Explore the Spring 2021 issue of Stanford Business magazine — and see how people from all corners of the Stanford GSB community are coming together to change lives, organizations, and the world.
“I have had to learn to fight bureaucracy, corruption, and complacency — skills I hadn’t considered at business school.”
Joe Lacob, MBA ’83, looks back on the night he got booed into silence by his customers.
New research shows that people of all ranks look to low-level peers for information about organizational social norms.
Forget about electric cars and meatless meat: Mounting a serious response to climate change requires inventive work in less-glamorous sectors such as risk management and private equity.
Members of the Stanford MBA Class of ’94 drew up a playbook for business leaders looking to promote racial equity.
A pair of Stanford GSB professors use movies, skits, and Saturday Night Live-style cold opens to teach the “broad and deep applicability of finance.”
A decade of binge borrowing has turned many corporations into the walking dead, Stanford finance experts say.
How a professor’s love of art led her to a career in marketing research.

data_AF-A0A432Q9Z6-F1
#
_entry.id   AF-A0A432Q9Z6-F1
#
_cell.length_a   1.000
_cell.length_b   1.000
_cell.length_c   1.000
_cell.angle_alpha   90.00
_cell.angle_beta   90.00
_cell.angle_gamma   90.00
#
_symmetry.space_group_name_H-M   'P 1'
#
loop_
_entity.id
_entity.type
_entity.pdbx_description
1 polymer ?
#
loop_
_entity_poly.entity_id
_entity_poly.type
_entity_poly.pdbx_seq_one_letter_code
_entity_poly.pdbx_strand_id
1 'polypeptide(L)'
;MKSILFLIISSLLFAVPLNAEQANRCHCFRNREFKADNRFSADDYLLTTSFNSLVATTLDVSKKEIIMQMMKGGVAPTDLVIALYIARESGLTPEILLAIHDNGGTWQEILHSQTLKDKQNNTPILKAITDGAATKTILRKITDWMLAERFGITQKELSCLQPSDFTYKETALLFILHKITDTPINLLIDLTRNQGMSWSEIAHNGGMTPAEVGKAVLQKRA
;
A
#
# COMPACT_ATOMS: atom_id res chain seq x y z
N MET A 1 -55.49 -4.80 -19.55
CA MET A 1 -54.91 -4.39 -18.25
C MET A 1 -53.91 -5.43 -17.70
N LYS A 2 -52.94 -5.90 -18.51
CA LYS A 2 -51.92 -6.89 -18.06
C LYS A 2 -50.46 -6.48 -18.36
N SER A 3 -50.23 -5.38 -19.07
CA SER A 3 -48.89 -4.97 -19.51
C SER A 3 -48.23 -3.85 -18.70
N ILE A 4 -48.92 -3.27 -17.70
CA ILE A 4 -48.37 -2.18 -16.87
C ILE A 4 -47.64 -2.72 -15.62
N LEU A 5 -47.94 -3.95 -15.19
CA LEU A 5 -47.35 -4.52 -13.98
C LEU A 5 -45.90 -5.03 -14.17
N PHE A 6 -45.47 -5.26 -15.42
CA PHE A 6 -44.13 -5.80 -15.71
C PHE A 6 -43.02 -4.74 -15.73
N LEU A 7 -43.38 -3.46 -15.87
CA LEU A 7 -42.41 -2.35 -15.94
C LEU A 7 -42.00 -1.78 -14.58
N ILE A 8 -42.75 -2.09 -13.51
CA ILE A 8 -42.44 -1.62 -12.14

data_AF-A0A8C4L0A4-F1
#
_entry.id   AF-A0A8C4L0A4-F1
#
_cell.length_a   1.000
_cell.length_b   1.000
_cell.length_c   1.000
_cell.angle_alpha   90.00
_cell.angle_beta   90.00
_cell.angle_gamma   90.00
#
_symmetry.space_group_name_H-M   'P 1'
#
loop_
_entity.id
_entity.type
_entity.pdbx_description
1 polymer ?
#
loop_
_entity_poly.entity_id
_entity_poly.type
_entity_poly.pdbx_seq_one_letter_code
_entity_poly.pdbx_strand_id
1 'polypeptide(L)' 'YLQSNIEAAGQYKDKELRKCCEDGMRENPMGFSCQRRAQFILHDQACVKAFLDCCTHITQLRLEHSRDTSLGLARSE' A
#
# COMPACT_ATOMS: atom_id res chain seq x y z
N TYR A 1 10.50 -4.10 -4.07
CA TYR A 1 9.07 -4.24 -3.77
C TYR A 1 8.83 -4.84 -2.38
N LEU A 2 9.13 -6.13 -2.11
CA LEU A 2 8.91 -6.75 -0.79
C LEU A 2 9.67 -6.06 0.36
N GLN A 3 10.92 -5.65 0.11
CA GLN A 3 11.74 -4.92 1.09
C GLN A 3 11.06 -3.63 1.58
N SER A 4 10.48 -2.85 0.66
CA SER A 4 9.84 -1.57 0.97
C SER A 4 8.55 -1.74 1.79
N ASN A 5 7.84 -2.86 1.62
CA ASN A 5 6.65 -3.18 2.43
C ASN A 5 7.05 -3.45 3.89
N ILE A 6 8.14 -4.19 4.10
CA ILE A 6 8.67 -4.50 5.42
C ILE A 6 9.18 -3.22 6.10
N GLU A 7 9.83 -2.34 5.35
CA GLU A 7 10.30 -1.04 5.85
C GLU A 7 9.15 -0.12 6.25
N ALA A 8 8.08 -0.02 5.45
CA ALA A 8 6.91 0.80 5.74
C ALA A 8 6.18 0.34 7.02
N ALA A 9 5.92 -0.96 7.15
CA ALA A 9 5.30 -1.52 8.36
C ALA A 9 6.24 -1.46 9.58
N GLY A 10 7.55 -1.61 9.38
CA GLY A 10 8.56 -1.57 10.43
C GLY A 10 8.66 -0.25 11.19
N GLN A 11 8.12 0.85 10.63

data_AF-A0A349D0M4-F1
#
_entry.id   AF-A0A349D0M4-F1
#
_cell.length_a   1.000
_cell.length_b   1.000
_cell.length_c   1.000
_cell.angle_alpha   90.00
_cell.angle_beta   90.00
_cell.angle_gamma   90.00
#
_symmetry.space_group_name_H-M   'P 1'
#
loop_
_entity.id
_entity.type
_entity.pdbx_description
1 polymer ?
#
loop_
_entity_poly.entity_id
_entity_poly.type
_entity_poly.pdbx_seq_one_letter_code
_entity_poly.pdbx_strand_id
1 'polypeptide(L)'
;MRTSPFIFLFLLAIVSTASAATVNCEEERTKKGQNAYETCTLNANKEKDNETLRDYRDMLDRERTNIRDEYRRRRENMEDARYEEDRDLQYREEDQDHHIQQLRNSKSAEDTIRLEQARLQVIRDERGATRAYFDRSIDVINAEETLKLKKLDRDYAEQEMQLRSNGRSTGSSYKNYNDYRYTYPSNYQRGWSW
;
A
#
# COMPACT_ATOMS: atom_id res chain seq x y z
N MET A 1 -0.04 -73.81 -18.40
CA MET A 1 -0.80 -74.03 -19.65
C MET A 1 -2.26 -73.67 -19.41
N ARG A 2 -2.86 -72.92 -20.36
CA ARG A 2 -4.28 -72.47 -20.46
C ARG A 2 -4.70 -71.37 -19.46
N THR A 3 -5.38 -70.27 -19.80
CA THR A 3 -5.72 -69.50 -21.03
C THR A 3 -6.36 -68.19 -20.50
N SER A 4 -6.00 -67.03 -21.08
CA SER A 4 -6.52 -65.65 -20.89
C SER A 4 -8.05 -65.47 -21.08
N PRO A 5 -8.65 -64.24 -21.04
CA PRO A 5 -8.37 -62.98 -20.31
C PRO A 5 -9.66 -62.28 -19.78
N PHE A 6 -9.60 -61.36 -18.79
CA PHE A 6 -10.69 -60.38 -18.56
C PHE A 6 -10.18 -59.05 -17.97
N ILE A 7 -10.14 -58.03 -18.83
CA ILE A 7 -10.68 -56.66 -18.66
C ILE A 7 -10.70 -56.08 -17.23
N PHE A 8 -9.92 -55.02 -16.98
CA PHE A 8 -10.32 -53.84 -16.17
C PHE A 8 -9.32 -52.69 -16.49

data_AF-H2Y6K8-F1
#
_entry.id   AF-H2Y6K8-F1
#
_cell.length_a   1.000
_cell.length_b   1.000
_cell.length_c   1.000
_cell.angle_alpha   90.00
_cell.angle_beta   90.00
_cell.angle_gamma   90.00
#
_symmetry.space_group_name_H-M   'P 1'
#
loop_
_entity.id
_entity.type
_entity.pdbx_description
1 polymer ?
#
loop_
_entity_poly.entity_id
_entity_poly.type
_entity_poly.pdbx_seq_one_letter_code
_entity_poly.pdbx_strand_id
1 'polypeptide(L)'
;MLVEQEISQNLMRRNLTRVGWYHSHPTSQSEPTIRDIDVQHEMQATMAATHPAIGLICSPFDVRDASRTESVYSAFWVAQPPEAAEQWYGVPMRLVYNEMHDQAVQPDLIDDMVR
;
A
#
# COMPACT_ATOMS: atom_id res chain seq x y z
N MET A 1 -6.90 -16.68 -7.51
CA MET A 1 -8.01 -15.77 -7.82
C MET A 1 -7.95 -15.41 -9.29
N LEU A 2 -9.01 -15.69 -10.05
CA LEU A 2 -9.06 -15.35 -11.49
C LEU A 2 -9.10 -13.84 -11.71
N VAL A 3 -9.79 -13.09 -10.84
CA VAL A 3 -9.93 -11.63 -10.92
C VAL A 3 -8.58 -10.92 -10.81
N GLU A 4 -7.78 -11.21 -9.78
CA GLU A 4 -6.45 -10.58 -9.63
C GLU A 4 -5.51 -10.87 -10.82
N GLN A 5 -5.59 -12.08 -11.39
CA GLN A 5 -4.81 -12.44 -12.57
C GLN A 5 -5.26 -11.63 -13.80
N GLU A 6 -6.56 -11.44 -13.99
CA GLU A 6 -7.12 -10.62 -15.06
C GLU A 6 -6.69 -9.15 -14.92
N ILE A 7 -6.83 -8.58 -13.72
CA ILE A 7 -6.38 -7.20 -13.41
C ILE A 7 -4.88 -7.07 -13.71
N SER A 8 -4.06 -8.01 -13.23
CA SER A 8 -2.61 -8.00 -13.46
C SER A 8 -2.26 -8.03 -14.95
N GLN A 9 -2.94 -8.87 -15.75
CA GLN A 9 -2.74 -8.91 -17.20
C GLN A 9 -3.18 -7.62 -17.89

Extreme actions draw attention to a cause but erode public support — and many protestors fail to see the link.
They’ve taught the keys to forming deep connections in the MBA classroom — now they’ve turned those lessons into a book.
Women are paid less than men for entry-level positions — and it has nothing to do with their skill sets.
Want to solve America’s urban homeless crisis? First, you have to believe it can be fixed.
A new study finds that the repercussions of home loss extend to crime, divorce, and even student test scores.
Cash and equity incentives promote individual and collective performance benefits, new research finds.
Now is not the time to stop setting goals — it’s the time to start setting goals that feel right.
In this podcast episode, a publishing executive talks about decisions editors need to make to bring in more voices to tell our country’s authentic stories.
Illustration by Celyn Brazier